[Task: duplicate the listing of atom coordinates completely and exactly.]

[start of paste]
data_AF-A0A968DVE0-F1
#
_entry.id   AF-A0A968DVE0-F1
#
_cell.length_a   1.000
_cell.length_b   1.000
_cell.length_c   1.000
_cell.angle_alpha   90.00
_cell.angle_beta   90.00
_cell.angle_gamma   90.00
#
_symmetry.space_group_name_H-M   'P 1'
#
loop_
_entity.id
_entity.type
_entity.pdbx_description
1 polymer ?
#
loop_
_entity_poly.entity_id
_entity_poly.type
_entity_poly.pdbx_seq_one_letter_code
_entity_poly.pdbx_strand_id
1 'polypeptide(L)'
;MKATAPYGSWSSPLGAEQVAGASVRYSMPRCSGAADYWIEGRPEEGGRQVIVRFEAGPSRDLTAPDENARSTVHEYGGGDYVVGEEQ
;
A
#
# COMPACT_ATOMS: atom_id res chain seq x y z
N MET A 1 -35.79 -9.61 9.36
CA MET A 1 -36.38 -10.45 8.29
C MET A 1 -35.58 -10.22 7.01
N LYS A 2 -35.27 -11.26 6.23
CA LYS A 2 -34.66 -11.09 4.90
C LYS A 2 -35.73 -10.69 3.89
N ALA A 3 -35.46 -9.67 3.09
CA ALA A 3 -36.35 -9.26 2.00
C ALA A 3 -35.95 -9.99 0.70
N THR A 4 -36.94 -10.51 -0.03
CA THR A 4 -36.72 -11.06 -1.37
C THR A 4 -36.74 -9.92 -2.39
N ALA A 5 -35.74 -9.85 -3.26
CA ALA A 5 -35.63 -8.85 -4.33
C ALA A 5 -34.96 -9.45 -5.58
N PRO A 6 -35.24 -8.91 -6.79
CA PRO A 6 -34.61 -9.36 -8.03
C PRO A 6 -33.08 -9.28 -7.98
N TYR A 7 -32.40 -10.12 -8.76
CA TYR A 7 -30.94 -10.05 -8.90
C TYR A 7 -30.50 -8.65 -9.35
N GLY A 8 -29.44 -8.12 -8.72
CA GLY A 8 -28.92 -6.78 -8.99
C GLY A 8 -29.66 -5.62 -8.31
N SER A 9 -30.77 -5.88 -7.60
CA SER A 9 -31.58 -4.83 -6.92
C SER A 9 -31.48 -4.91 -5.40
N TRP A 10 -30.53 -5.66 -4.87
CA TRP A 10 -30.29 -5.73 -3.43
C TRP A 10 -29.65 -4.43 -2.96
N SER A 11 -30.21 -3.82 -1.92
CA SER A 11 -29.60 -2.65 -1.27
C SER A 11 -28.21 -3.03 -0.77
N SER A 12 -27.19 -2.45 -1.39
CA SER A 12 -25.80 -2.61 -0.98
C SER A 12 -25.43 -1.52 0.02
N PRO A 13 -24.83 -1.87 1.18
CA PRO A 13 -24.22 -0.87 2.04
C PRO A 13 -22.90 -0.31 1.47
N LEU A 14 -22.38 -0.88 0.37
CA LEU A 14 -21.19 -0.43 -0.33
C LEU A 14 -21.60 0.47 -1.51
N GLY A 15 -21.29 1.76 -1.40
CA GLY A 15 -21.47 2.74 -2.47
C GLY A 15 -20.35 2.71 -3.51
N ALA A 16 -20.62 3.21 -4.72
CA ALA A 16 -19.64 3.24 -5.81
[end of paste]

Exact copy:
data_AF-A0A968DVE0-F1
#
_entry.id   AF-A0A968DVE0-F1
#
_cell.length_a   1.000
_cell.length_b   1.000
_cell.length_c   1.000
_cell.angle_alpha   90.00
_cell.angle_beta   90.00
_cell.angle_gamma   90.00
#
_symmetry.space_group_name_H-M   'P 1'
#
loop_
_entity.id
_entity.type
_entity.pdbx_description
1 polymer ?
#
loop_
_entity_poly.entity_id
_entity_poly.type
_entity_poly.pdbx_seq_one_letter_code
_entity_poly.pdbx_strand_id
1 'polypeptide(L)'
;MKATAPYGSWSSPLGAEQVAGASVRYSMPRCSGAADYWIEGRPEEGGRQVIVRFEAGPSRDLTAPDENARSTVHEYGGGDYVVGEEQ
;
A
#
# COMPACT_ATOMS: atom_id res chain seq x y z
N MET A 1 -35.79 -9.61 9.36
CA MET A 1 -36.38 -10.45 8.29
C MET A 1 -35.58 -10.22 7.01
N LYS A 2 -35.27 -11.26 6.23
CA LYS A 2 -34.66 -11.09 4.90
C LYS A 2 -35.73 -10.69 3.89
N ALA A 3 -35.46 -9.67 3.09
CA ALA A 3 -36.35 -9.26 2.00
C ALA A 3 -35.95 -9.99 0.70
N THR A 4 -36.94 -10.51 -0.03
CA THR A 4 -36.72 -11.06 -1.37
C THR A 4 -36.74 -9.92 -2.39
N ALA A 5 -35.74 -9.85 -3.26
CA ALA A 5 -35.63 -8.85 -4.33
C ALA A 5 -34.96 -9.45 -5.58
N PRO A 6 -35.24 -8.91 -6.79
CA PRO A 6 -34.61 -9.36 -8.03
C PRO A 6 -33.08 -9.28 -7.98
N TYR A 7 -32.40 -10.12 -8.76
CA TYR A 7 -30.94 -10.05 -8.90
C TYR A 7 -30.50 -8.65 -9.35
N GLY A 8 -29.44 -8.12 -8.72
CA GLY A 8 -28.92 -6.78 -8.99
C GLY A 8 -29.66 -5.62 -8.31
N SER A 9 -30.77 -5.88 -7.60
CA SER A 9 -31.58 -4.83 -6.92
C SER A 9 -31.48 -4.91 -5.40
N TRP A 10 -30.53 -5.66 -4.87
CA TRP A 10 -30.29 -5.73 -3.43
C TRP A 10 -29.65 -4.43 -2.96
N SER A 11 -30.21 -3.82 -1.92
CA SER A 11 -29.60 -2.65 -1.27
C SER A 11 -28.21 -3.03 -0.77
N SER A 12 -27.19 -2.45 -1.39
CA SER A 12 -25.80 -2.61 -0.98
C SER A 12 -25.43 -1.52 0.02
N PRO A 13 -24.83 -1.87 1.18
CA PRO A 13 -24.22 -0.87 2.04
C PRO A 13 -22.90 -0.31 1.47
N LEU A 14 -22.38 -0.88 0.37
CA LEU A 14 -21.19 -0.43 -0.33
C LEU A 14 -21.60 0.47 -1.51
N GLY A 15 -21.29 1.76 -1.40
CA GLY A 15 -21.47 2.74 -2.47
C GLY A 15 -20.35 2.71 -3.51
N ALA A 16 -20.62 3.21 -4.72
CA ALA A 16 -19.64 3.24 -5.81